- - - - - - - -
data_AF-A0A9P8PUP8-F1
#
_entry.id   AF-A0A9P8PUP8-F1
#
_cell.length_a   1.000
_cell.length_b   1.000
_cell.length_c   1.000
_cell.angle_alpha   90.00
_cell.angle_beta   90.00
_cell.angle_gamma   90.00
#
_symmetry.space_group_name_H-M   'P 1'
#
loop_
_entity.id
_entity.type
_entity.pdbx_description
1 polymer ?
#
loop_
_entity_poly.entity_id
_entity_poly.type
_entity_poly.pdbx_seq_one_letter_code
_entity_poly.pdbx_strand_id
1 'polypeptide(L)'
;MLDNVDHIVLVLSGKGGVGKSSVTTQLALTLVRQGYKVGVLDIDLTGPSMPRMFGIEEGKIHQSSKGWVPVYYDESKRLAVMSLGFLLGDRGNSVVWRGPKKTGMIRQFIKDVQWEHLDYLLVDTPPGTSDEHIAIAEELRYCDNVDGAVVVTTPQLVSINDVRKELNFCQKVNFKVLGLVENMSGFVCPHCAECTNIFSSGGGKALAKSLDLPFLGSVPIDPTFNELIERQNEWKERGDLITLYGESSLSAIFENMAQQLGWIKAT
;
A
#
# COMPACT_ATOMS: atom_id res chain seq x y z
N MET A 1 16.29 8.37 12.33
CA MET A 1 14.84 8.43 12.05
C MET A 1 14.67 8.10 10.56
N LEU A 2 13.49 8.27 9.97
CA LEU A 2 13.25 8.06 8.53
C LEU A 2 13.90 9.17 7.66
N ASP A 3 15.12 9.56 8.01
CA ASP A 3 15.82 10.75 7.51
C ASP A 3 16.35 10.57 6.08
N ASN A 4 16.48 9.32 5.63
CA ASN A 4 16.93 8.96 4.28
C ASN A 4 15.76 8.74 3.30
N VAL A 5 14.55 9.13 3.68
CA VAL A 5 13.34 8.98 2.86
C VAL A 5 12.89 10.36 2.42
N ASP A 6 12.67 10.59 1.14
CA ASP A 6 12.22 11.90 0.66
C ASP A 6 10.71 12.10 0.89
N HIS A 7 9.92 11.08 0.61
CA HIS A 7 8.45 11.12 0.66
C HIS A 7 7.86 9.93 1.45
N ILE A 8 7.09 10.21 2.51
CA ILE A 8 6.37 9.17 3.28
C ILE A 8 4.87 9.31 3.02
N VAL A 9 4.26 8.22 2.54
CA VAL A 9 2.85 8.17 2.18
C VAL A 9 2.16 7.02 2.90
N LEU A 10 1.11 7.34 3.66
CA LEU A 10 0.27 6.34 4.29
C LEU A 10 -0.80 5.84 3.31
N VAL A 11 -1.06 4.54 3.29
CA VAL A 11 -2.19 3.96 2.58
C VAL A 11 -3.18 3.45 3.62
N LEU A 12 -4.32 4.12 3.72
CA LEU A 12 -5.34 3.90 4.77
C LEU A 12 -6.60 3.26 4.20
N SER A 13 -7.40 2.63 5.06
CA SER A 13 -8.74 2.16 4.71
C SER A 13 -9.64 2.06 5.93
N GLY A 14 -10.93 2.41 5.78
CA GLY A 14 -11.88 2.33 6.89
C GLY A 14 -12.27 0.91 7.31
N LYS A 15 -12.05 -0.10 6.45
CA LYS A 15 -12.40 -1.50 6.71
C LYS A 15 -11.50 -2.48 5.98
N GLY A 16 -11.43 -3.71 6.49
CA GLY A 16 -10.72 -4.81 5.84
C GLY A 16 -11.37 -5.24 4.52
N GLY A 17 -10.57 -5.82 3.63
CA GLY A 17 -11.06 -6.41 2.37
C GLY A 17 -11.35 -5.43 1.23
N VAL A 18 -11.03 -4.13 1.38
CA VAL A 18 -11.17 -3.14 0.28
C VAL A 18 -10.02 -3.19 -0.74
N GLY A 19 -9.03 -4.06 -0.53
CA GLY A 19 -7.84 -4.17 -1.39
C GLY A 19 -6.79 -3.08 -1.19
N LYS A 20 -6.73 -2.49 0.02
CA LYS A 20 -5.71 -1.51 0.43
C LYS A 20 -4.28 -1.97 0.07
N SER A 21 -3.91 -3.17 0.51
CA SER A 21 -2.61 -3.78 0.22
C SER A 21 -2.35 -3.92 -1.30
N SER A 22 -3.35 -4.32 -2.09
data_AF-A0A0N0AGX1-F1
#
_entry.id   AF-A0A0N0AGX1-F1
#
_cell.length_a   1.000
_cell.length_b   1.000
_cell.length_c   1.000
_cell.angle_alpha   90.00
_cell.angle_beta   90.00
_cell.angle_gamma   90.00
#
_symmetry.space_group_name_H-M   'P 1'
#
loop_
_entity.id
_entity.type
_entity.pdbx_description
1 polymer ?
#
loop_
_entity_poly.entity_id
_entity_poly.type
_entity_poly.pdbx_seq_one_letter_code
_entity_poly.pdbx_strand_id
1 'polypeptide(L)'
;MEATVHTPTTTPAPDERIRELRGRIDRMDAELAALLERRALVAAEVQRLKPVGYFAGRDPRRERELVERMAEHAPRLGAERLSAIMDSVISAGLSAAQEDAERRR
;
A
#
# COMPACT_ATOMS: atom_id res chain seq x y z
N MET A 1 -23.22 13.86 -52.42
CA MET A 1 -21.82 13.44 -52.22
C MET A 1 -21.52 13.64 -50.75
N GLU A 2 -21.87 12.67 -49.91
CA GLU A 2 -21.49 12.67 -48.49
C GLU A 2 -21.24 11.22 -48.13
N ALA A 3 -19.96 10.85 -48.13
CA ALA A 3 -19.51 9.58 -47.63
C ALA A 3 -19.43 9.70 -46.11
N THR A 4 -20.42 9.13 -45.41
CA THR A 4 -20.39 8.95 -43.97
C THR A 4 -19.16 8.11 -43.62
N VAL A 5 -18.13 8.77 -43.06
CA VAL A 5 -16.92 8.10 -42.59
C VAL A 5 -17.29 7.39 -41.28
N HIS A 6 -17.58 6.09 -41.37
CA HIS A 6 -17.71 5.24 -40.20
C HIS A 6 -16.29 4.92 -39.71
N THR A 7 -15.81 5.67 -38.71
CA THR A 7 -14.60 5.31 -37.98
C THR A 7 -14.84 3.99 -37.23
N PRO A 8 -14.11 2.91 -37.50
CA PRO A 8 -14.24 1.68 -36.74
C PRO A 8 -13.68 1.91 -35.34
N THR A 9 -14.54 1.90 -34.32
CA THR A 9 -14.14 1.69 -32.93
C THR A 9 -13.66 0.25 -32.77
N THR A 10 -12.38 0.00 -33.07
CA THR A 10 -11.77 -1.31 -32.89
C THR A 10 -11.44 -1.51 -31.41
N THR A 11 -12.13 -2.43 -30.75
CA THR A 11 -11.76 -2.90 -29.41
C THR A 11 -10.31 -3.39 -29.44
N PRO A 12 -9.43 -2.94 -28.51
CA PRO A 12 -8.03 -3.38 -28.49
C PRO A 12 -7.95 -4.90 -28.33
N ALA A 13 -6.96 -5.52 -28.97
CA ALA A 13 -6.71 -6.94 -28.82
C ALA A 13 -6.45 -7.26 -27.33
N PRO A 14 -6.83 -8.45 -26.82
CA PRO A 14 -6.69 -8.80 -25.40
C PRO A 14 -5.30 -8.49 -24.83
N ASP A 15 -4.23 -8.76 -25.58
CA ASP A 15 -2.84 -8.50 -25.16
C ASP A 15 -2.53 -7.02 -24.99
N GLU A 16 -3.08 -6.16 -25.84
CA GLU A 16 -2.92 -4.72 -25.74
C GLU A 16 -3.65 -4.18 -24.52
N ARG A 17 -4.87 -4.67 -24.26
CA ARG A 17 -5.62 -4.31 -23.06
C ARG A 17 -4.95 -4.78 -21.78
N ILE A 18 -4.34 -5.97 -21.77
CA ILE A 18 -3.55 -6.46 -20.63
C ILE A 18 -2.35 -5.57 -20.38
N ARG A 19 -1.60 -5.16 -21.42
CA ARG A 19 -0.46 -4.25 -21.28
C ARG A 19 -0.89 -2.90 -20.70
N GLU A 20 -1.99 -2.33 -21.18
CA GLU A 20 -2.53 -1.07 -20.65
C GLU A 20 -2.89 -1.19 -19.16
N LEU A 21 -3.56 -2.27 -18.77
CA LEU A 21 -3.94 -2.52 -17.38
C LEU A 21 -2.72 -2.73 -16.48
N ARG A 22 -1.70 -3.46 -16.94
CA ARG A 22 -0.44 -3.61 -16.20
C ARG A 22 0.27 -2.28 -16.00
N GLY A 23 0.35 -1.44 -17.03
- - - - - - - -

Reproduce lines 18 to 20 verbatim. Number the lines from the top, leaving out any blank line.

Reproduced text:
1 polymer ?
#
loop_